Although it is a Commonwealth law, the Australian Consumer Law has been enacted into legislation by every Australian State and Territory. This means it applies to anyone carrying on business in any Australian State or Territory or in the Commonwealth – so it applies to Government departments too. It has a very broad reach, so it can apply even to persons who ordinarily live or have a strong connection with a State or Territory, even if they are not Australian citizens, AND even if the behaviour occurs outside that State or Territory, or outside Australia!
Who enforces it?
The Australian Consumer Law is enforced and administered by the Australian Competition and Consumer Commission (ACCC) alongside each state and territory’s consumer agency. In the ACT, NSW, Qld, and Tasmania, this agency is called the Office of Fair Trading; in the NT and Vic it is called Consumer Affairs, in WA it is called the Department of Commerce and SA it is called Consumer and Business Services. There is also the Australian Securities and Investments Commission (ASIC) which oversees any consumer law issues relating to the provision of financial services.
All of these bodies operate together under a Memorandum of Understanding containing broad commitments relating to communication, cooperation and coordination in the administration and enforcement of the Australian Consumer Law. The Memorandum of Understanding also includes the New Zealand Ministry of Consumer Affairs and the New Zealand Commerce Commission, reflecting the increasingly integrated nature of Australia’s and New Zealand’s markets.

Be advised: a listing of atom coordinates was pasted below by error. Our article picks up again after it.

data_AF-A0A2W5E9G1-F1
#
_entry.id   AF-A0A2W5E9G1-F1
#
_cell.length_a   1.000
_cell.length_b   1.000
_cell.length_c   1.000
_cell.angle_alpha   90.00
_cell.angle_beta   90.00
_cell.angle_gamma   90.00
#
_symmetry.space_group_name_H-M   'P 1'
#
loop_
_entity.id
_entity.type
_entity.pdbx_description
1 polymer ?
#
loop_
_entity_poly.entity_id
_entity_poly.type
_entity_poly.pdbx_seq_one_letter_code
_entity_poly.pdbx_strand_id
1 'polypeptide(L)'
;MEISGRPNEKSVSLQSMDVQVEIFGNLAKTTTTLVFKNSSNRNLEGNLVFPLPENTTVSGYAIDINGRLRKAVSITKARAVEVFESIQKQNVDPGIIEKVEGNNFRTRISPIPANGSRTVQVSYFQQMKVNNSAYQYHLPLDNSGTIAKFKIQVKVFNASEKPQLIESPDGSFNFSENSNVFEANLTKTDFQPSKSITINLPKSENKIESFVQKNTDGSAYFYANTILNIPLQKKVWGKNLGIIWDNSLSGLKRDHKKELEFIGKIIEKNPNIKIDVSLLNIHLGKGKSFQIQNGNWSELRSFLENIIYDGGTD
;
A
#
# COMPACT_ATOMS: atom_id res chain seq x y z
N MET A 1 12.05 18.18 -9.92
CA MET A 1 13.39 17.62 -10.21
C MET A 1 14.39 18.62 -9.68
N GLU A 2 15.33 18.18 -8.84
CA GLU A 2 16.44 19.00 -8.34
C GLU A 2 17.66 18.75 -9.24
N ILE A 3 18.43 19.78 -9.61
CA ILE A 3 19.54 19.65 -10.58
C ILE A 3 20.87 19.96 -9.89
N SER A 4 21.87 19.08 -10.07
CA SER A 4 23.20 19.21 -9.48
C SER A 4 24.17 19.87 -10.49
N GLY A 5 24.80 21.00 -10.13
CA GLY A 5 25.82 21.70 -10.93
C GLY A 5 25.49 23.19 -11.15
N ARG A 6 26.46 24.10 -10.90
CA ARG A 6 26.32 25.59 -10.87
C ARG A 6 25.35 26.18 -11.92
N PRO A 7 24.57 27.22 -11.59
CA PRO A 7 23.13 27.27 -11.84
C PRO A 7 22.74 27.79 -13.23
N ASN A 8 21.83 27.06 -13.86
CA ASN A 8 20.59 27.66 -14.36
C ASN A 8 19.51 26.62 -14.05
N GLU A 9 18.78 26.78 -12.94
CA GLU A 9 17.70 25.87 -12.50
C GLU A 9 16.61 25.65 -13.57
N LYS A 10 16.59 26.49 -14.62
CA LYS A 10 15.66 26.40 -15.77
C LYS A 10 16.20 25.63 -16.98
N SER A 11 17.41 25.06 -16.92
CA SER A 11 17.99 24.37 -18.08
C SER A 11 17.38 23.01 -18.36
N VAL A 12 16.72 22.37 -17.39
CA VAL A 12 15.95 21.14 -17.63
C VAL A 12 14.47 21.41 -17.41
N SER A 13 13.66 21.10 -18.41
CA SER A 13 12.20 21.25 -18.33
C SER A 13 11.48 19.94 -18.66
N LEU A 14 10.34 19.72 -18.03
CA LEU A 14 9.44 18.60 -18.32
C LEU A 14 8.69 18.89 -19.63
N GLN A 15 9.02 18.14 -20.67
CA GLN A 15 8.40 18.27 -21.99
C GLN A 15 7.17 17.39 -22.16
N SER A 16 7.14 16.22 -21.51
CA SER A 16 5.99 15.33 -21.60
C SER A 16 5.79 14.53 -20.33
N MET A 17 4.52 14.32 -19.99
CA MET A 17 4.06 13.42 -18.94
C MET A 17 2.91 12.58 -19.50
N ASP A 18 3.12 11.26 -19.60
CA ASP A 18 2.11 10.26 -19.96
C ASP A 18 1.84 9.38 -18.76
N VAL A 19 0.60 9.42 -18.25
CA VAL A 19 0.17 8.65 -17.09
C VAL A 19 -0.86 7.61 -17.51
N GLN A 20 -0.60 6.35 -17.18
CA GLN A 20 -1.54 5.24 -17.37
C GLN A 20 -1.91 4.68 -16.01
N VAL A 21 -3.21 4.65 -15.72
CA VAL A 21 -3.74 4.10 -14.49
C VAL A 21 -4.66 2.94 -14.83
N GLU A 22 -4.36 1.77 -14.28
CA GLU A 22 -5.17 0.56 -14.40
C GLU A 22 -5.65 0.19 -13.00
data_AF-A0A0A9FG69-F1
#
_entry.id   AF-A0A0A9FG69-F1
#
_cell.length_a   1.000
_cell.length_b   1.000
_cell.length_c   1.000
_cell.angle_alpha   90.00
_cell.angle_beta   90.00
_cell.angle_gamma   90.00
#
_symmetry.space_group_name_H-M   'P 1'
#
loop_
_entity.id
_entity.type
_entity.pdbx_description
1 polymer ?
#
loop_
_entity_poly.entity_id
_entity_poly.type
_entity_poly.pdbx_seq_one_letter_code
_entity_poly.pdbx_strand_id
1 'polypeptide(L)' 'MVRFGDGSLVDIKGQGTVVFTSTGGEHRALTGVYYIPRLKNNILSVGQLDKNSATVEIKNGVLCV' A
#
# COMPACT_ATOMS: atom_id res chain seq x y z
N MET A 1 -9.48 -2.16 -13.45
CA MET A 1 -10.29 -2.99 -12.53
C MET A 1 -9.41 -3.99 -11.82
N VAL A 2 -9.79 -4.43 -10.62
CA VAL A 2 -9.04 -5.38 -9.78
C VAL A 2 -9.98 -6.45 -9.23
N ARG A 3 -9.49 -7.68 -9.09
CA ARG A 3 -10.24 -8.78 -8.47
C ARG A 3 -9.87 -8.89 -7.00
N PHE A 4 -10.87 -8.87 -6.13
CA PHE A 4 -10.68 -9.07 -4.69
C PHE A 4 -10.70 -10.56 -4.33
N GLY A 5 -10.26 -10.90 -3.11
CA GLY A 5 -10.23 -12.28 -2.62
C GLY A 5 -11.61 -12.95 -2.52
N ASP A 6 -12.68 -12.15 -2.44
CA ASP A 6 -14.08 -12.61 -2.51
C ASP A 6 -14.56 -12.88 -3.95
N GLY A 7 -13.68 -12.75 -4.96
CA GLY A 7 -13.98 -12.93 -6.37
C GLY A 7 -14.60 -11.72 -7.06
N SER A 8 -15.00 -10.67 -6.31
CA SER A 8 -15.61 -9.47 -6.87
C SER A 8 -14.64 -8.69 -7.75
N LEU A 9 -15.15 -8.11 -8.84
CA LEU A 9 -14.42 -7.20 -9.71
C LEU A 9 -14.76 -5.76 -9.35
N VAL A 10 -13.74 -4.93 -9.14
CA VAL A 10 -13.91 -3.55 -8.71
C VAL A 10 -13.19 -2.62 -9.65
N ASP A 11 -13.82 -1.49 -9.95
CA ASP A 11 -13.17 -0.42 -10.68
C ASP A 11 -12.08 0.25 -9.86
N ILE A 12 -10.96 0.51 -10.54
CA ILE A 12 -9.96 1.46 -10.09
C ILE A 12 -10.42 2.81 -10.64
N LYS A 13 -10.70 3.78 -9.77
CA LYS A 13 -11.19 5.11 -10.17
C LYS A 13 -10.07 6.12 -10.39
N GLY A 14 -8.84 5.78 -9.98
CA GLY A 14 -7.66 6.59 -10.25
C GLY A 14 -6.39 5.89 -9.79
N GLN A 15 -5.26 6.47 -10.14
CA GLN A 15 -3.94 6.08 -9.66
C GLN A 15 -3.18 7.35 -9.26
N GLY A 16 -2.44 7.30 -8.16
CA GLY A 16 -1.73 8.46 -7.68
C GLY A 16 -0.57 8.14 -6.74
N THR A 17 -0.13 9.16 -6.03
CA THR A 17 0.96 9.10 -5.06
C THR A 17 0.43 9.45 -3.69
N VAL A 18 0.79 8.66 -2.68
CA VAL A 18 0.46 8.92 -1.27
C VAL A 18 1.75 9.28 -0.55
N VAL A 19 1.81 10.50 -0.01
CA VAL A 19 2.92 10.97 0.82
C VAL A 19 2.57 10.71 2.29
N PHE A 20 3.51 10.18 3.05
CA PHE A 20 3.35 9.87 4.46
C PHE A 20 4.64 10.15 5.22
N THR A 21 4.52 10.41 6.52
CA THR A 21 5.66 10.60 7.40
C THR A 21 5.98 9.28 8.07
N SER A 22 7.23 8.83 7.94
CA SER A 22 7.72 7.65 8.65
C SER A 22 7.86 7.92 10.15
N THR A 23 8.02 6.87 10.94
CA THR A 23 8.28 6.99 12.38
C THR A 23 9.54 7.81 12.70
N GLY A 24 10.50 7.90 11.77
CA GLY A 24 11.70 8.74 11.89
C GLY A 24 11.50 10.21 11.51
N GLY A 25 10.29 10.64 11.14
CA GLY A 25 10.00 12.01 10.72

What transactions does it apply to?
Technically, the provisions of the Australian Consumer Law apply to protect all transactions that occur in Australia, and as a point of law, this includes online transactions where the seller is international, if the transaction was completed by someone entering their payment details in Australia, making Australia the point of sale.
Unfortunately, you are likely to face great difficulty in enforcing the Australian law against an international seller, so even if you went to court and were successful in obtaining a judgment against them, it is likely that you would not get much satisfaction from it, as there is no way to force them to pay up.
Luckily, if you purchase through a reputable online platform such as eBay, or using a service provider such as PayPal or your credit card, they have their own consumer protection provisions built in. Other countries also have their own consumer protection legislation that may help you, and many international sellers who regularly do business in Australia will voluntarily comply with the Australian Consumer Law in order to preserve the reputation in their brand.
How I can help
If you sell goods or services online and have any unanswered questions or niggling worries about your obligations under Australian Consumer Law, you can book a free 30 minute chat to ensure that you are following best practice to give your clients all the care they deserve – while also complying with your legal requirements.